Viking story writing
My book Beowuff and the Horrid Hen is set in the time of the Vikings and their enemies, the Anglo Saxons. Your class can write their own stories about the Vikings using this ‘flash writing’ story-maker. Email firstname.lastname@example.org or call 0844 884 1742 for more info on my Viking and Anglo Saxons assemblies and creative writing workshops.
For my free .pdf ‘7 Tips for teaching story writing’ email email@example.com with ‘Tips’ in the subject line. If you are interested in ‘flash writing’ please read on…
The thinking behind this writing frame: ‘Planners’ and ‘Jumpers’
I’ve noticed that there are two types of young writer:
• ‘Planners’ who love to map out their whole story in detail.
• ‘Jumpers’ who hate extended planning and feel the need to get going ASAP.
• Techniques like the ‘story mountain’ are ideal for ‘planners’ but they leave other children struggling to focus. To get everyone off to a good start, I have developed ‘flash’ stories. Armed with a simple framework (like the one above), you can move swiftly through the planning and get their ideas flowing onto paper.There is more about flash writing in this article. Rather that read about it – why not give it a go?
Instructions for ‘Flash’ stories
1. Put the class into pairs. Give them the writing frame to each pair. Get them to pick one option each.
2. Tell them to write from the most exciting part of the story.
3. Tell them to write the story one sentence each. (Make sure you give them one sheet of A4 between two writers.)
After 5-10 minutes of planning you’ll get everyone writing (in pairs). Within an hour the class should be ready to share out their stories.
Tip: I usually spent 5 mins doing one quick example of the plan they are going to use on the board before they start (as a demo). Get the class to vote on the options.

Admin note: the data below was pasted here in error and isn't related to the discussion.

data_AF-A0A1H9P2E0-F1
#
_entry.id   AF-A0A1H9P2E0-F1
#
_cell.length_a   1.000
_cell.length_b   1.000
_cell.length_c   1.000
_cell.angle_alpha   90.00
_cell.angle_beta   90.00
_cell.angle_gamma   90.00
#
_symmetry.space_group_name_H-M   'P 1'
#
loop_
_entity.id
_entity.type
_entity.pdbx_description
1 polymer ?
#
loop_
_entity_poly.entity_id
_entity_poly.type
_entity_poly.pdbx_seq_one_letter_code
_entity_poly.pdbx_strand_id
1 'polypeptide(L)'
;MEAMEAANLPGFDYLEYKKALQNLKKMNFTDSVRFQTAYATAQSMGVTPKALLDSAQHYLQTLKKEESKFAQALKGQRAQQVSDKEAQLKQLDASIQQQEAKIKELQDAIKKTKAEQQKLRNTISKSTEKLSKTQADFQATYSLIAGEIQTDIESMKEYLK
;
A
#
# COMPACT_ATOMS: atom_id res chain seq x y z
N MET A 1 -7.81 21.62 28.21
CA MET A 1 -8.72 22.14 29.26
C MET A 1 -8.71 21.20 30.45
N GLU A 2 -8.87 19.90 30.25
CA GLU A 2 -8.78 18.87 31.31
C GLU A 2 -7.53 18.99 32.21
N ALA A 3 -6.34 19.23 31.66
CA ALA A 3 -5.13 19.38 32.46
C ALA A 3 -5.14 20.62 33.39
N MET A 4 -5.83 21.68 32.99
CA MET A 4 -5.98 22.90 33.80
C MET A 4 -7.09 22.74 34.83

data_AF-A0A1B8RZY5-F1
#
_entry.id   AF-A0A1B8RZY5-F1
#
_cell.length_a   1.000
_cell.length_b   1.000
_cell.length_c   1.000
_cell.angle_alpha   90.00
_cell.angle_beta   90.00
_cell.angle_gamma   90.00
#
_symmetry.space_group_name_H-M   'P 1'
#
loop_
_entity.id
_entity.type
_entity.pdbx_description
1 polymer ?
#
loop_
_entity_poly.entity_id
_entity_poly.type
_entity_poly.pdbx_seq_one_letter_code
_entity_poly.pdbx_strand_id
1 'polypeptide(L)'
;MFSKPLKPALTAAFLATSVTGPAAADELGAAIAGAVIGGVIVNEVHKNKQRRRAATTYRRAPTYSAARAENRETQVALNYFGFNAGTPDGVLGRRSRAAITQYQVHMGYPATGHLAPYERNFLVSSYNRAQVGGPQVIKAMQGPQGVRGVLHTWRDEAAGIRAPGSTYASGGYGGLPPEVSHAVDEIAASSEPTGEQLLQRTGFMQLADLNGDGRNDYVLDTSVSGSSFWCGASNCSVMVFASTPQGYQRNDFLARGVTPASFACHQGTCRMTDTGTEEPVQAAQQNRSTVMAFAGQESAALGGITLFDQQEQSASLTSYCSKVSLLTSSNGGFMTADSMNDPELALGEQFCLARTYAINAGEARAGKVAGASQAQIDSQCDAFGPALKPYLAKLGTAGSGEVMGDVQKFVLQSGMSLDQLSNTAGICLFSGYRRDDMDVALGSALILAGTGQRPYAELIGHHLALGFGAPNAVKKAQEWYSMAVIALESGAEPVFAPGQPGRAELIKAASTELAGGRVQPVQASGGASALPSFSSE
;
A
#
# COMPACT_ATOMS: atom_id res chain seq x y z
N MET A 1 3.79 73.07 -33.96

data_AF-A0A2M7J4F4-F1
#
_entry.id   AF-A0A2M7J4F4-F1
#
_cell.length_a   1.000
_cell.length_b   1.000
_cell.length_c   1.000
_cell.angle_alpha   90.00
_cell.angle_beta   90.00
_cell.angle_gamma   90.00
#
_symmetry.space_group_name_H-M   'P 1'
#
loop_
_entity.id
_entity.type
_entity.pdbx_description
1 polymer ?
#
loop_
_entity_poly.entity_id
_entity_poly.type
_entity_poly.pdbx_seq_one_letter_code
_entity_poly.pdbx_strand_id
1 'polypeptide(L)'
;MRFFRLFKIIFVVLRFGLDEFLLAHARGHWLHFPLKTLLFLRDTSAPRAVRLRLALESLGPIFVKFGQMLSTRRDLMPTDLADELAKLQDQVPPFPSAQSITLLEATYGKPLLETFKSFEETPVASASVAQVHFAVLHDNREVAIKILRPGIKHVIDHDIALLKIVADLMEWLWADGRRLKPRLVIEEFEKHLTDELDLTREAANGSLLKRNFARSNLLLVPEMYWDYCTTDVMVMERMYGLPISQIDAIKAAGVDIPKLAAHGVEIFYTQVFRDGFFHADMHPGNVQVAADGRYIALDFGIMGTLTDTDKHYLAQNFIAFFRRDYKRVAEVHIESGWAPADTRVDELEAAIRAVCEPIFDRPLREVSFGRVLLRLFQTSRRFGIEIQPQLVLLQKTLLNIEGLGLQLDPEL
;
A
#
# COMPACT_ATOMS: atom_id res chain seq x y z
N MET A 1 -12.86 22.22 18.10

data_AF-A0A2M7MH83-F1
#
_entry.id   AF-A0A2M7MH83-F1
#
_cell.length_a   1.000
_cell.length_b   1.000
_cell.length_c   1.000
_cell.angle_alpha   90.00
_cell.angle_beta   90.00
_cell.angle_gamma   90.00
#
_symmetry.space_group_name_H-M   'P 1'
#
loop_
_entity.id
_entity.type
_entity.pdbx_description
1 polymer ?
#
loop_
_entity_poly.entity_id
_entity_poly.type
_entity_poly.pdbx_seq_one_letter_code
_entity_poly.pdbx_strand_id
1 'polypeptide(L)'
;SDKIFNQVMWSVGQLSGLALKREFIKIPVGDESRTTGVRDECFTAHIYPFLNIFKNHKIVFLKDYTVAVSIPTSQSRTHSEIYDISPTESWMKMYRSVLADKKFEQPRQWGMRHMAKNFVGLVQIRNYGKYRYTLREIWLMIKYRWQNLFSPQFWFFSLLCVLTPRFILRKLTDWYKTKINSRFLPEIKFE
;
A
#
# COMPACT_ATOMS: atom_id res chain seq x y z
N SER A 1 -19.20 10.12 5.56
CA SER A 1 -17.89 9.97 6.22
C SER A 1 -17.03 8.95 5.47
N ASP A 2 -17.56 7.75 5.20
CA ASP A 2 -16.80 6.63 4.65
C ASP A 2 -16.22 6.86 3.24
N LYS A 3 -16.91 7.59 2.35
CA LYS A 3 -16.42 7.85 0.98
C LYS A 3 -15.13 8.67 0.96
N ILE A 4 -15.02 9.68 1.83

E.g: Is Erik the goodie or the baddie? Hands up for Erik the Good. Hands up for Eric the Evil? Etc.
P.S. Seven Tips for Story Writing
If you like the look of Flash writing, there are a lot of ways you can develop it and use it in class. You can introduce or practice new vocab or structures, practice dialogue or even use two flash stories (a few weeks apart) to assess their progress. Flash stories are also ideal for assisted learning (where the adult takes the part of one pair). For my free .pdf ‘7 Tips for teaching story writing’ please email firstname.lastname@example.org with ‘Tips’ in the subject line or call 0844 884 1742 to discuss a workshop.
Feedback on my assemblies and workshops
Robin’s “Spartapuss” assembly was a fantastic combination of Roman facts, story telling and knockabout comedy, that, whilst entertaining the whole school, also cunningly prepared the ground for their own Roman story writing. It’s great to see that children have really been motivated to write for themselves and to read his books. ” Richard Smith, Deputy Head Trafalgar Junior School (April, 2011)
‘Robin has worked very hard giving us a lot of value for money on creating the workshops and on the behind the scenes thinking to bring the project to a head. Robin has been both creative and reliable and has thought through every step of the project. He is professional in all he does and works very well with children and adults alike.’
Dr Elizabeth Dollimore, Shakespeare’s Birthplace Trust, Stratford-Upon-Avon.
About The Beowuff series
I wrote the first Beowuff book with Richard Eccles – and we had great fun researching it.
Beowuff is set in a world ruled by dogs, where people have never existed. However, there is a lot of
accurate historical background in there, including Skaldic poetry, Viking ‘kennings’ and many of the points
are the same as the Beowulf saga. It’s set in Heorut – a ‘meat hall’ not a ‘mead hall’, it’s King Ruffgar, not King
Hrothgar. Instead of fighting Grendel, Beowuff must do battle with Hendel – a monstrous chicken.